Kevin Brunnock Real Estate

In my line of work I have witnessed and participated in nearly every aspect of the real estate market. One thing that I see all too often, is owners pouring a lot of capital into remodeling their homes in an effort to boost the potential market value of their property. While renovating a property may eventually bolster the sale price, there is always the chance that the homeowners will not recoup these spending losses.

Recently, the National Association of Realtors as well as the the Appraisal Institute have suggested that homeowners forgo major remodeling projects prior to selling and instead encourage an allocation of their resources to making smaller improvements. Relatively small enhancements like refinishing hardwood floors, repainting the walls or replacing cabinet doors and fronts may up the sales price, for a relatively low upfront cost to the homeowners. According to this statement from the National Association of Realtors, these kinds of small improvements yield greater value than larger projects. Essentially, this method looks to upgrade different elements in the home instead of completely remodeling the space.

When considering what kind of improvements to make on a space with the short-term intention of selling, there is a real reason behind focusing on these subtle superficial upgrades. Prospective buyers that have a short time to be exposed to a space tend to respond more immediately to those tangible upgrades that they can see. If there are obvious visual cues for things that need to be upgraded, potential buyers may spend more time scrutinizing the space in search of anything and everything wrong with the space, instead of seeing all of the advantages that come with the place. Buyers often want a home that is move-in ready, instead of places that clearly need some work.

Furthermore, when considering what kinds of upgrades or small home improvements are worth investing in, one should assess whether or not this is a universally desirable improvement. For example, space comes at a premium in New York. Manhattan is the most densely populated borough in New York City, and therefore, it’s no surprise that well-designed, multi-functional storage space is desirable to virtually all New Yorkers.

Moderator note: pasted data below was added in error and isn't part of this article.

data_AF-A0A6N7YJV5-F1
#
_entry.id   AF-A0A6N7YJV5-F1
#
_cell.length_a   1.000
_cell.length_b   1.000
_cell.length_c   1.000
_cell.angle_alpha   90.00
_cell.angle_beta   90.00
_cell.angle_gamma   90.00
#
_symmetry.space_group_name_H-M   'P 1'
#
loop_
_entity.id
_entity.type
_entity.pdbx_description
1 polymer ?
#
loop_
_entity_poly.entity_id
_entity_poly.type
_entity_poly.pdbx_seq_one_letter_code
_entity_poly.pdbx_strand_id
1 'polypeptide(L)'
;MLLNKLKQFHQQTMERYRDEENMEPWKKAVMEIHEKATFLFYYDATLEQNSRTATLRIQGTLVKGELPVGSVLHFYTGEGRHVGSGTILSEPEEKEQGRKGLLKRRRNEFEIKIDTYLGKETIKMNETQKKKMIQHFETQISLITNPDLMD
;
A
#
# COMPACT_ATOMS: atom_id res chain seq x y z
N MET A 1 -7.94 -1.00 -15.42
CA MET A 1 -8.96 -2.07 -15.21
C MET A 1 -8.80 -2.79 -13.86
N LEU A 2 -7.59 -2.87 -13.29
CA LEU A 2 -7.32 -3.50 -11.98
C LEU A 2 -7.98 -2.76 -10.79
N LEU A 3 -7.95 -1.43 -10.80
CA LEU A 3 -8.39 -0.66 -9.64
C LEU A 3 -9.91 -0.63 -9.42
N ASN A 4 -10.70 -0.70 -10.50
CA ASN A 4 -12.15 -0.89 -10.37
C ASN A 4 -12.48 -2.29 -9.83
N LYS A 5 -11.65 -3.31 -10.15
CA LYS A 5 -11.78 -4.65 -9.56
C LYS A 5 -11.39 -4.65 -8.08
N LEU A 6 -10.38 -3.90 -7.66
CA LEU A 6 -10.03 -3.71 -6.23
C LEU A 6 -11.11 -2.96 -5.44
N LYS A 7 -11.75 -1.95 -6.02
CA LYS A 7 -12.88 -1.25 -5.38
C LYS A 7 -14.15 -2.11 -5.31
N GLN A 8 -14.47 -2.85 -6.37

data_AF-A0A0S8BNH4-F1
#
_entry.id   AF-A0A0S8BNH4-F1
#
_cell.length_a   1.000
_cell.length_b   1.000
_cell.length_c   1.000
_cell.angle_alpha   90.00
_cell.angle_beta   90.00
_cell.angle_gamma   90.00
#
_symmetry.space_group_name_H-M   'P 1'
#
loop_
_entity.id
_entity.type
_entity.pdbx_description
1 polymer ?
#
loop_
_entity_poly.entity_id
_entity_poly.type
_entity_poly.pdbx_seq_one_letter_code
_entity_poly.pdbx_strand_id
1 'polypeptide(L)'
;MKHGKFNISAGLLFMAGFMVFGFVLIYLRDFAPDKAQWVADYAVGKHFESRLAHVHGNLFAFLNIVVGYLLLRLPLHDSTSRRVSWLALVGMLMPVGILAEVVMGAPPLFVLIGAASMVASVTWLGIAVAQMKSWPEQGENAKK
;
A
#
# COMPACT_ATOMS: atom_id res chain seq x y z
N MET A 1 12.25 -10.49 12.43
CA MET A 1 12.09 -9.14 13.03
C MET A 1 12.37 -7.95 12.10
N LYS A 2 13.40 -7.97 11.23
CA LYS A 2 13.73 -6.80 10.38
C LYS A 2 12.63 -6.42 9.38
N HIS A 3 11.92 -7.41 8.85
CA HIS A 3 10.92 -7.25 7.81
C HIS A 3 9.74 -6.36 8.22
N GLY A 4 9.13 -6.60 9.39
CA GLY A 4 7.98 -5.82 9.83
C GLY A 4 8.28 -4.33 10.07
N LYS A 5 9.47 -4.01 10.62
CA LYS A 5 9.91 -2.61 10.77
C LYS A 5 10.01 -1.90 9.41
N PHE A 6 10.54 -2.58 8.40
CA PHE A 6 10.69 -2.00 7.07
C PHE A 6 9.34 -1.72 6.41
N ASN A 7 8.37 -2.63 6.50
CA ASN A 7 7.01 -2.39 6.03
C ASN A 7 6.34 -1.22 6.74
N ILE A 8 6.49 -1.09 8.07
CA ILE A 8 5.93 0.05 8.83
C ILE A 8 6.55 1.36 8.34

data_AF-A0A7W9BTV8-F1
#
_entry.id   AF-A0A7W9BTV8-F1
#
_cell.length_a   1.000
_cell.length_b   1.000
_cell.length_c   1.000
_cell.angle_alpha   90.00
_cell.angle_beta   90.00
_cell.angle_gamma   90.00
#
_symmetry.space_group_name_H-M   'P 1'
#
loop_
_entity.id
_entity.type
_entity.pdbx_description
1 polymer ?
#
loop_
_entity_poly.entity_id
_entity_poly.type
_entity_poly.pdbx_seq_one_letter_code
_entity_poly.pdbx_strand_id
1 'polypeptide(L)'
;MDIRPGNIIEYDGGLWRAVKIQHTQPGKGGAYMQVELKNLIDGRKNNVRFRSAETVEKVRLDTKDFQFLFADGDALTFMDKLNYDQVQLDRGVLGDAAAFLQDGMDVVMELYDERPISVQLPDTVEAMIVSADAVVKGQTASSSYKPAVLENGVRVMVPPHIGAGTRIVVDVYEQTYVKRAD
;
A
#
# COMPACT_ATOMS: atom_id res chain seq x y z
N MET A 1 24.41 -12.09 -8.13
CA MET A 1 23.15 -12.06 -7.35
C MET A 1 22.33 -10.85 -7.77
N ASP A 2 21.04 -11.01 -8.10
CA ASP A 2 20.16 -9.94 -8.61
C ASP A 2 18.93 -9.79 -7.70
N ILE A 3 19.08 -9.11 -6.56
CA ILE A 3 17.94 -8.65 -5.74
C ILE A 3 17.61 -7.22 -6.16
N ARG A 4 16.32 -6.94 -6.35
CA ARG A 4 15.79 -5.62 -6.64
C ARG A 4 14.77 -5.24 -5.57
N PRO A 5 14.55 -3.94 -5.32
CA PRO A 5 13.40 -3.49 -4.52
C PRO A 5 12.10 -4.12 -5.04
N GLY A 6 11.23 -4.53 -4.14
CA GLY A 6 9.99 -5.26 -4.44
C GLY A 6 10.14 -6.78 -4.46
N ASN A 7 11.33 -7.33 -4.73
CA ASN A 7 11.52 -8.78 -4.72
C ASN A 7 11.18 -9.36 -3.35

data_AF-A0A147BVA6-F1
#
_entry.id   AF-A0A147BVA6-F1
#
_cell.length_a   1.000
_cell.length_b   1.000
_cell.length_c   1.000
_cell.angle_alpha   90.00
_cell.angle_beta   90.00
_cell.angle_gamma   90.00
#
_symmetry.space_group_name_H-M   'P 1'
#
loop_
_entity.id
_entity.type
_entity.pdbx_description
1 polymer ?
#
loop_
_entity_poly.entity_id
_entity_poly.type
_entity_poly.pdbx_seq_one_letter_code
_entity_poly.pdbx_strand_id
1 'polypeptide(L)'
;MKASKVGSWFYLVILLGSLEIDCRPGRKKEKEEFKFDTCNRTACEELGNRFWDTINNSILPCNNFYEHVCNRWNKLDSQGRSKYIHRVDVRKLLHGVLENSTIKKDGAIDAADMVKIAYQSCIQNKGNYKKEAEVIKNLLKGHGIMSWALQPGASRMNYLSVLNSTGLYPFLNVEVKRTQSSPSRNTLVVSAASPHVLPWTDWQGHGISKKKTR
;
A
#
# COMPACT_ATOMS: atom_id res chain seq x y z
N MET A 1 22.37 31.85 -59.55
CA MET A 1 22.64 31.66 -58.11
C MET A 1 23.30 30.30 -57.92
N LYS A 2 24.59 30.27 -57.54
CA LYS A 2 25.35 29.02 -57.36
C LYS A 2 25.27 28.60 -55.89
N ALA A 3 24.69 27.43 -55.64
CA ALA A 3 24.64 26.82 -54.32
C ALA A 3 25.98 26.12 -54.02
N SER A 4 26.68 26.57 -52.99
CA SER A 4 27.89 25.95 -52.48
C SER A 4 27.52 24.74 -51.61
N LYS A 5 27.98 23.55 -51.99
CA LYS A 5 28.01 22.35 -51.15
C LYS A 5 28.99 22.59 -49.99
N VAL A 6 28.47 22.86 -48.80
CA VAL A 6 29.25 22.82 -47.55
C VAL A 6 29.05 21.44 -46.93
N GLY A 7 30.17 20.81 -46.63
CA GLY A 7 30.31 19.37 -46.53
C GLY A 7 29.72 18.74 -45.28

And although many of these indicators suggest that homeowners should not pour excessive amounts of money into remodeling, there are of course the exceptions. Depending on the location, value and general desirability of a property, it is worth evaluating the benefit of larger scale remodeling projects. Some apartments or homes require a major overhaul in order to fetch a larger sum. In this case, factoring in the cost of a skilled designer and his or her proposed changes may ultimately be worth it. If a space is in a state of disrepair, but is desirable for location or other reasons, the owner may consider remodeling the space so that the potential home buyer doesn’t need to solicit these services and can readily move in.

All of this is to say that property owners looking to sell should focus modest budgets on smaller superficial projects as opposed to sinking more money into a full on renovation, unless they feel that the risk is worth the reward.